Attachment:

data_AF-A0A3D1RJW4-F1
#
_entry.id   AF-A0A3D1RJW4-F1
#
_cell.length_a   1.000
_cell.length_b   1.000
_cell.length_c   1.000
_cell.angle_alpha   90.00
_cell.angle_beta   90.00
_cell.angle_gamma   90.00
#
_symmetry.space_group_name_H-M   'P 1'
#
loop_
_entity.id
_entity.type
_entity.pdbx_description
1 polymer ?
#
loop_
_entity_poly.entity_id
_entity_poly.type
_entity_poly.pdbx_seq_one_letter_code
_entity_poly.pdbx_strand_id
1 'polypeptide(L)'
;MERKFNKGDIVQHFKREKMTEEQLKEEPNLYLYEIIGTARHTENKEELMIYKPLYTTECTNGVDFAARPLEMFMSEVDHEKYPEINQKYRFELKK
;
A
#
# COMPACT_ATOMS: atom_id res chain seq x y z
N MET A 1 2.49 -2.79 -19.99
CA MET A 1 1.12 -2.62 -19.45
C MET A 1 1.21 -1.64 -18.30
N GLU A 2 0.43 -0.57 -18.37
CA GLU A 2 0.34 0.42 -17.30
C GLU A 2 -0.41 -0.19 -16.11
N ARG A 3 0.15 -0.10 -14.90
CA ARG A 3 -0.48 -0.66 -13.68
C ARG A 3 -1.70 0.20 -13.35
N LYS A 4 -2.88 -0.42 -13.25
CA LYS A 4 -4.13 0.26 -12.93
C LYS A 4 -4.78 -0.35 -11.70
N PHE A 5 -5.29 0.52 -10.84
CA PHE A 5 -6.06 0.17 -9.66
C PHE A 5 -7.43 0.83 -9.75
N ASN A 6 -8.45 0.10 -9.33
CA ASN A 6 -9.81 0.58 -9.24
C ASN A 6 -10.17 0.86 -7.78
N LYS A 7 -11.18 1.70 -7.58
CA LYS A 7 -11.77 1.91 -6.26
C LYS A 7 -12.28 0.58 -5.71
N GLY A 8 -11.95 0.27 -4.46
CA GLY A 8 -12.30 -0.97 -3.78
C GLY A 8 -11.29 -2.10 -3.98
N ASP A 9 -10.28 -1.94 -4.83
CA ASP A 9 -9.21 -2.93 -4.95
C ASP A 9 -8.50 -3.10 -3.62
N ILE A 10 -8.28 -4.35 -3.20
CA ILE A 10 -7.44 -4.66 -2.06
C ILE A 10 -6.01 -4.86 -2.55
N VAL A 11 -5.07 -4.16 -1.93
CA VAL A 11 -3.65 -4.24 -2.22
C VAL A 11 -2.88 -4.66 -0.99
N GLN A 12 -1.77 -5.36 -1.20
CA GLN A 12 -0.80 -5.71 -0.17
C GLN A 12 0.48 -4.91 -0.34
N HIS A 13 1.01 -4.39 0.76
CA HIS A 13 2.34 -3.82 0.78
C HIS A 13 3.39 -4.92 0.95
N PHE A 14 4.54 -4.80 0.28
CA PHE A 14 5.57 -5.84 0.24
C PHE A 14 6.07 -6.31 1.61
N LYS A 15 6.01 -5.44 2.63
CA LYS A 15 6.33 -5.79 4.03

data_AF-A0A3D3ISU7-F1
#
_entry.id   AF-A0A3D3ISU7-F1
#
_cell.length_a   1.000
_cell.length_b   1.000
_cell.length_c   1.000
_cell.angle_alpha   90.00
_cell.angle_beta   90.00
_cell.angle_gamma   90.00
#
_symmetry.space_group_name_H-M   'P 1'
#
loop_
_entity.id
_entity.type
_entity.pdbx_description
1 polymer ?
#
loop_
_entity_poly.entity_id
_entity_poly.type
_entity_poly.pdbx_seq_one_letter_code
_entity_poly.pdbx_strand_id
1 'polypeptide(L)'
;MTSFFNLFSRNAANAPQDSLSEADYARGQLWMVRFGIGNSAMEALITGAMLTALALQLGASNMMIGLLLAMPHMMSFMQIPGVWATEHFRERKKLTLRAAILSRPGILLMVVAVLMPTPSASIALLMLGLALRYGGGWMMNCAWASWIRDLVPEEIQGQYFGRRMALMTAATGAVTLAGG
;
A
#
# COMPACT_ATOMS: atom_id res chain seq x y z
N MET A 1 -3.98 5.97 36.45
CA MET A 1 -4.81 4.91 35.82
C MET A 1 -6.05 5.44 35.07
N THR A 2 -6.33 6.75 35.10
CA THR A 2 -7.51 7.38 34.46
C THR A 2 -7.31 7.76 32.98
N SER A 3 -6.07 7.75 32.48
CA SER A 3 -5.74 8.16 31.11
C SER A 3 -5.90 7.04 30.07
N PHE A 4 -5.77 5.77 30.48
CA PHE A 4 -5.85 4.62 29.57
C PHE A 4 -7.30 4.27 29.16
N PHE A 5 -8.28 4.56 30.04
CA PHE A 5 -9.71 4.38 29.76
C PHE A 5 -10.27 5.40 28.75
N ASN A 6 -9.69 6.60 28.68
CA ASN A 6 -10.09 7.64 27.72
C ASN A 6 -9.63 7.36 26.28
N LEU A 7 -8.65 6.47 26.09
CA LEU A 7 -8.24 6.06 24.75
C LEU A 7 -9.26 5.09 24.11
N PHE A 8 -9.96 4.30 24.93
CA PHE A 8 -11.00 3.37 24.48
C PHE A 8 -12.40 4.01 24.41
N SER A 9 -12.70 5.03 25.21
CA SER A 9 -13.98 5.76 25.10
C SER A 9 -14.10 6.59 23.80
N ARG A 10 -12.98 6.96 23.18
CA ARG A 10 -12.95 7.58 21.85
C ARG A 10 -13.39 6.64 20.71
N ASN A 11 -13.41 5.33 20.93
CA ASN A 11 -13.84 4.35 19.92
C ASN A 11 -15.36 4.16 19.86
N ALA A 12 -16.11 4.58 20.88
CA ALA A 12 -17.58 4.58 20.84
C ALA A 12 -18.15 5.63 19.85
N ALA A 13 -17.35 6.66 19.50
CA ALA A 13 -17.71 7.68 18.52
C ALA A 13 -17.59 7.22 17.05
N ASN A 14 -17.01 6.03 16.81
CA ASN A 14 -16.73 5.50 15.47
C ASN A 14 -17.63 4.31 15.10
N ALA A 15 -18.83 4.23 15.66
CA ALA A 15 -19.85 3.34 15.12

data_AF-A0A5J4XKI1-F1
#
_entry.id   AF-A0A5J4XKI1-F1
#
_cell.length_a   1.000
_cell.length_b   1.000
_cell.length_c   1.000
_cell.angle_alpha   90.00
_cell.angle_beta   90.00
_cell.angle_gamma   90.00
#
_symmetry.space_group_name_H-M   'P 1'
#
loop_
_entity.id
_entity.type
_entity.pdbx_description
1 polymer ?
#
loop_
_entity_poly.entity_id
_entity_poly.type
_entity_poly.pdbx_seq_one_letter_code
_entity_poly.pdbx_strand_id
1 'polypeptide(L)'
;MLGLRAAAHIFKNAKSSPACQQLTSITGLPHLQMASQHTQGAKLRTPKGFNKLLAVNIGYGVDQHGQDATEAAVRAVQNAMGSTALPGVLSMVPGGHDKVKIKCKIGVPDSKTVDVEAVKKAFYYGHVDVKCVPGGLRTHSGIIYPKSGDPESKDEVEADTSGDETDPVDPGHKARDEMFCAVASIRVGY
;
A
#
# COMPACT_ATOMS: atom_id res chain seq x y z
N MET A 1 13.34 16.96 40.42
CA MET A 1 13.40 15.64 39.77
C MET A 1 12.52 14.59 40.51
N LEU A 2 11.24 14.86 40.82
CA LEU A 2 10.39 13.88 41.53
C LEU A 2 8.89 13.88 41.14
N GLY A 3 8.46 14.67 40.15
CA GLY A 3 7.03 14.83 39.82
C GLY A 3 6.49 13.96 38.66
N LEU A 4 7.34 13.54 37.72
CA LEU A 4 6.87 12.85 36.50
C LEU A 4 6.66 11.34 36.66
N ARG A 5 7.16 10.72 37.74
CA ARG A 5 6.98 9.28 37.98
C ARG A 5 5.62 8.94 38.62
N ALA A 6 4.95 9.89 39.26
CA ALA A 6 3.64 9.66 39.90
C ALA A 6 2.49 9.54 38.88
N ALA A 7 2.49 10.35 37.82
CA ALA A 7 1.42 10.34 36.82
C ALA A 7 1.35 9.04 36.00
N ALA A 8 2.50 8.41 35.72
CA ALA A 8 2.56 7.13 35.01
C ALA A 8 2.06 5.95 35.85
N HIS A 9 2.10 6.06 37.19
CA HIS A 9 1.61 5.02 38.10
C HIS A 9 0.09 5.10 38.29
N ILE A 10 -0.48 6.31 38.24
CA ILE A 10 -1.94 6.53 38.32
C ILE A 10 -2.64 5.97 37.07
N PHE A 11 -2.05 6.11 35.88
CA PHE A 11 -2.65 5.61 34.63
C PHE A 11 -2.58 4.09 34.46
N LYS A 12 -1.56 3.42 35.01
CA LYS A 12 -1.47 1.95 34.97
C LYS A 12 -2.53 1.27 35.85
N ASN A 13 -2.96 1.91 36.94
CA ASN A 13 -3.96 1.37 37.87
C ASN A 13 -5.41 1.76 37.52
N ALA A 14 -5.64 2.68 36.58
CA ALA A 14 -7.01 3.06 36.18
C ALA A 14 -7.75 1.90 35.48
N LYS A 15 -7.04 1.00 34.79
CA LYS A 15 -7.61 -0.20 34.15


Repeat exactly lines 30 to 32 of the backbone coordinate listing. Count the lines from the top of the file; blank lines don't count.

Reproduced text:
# COMPACT_ATOMS: atom_id res chain seq x y z
N MET A 1 2.49 -2.79 -19.99
CA MET A 1 1.12 -2.62 -19.45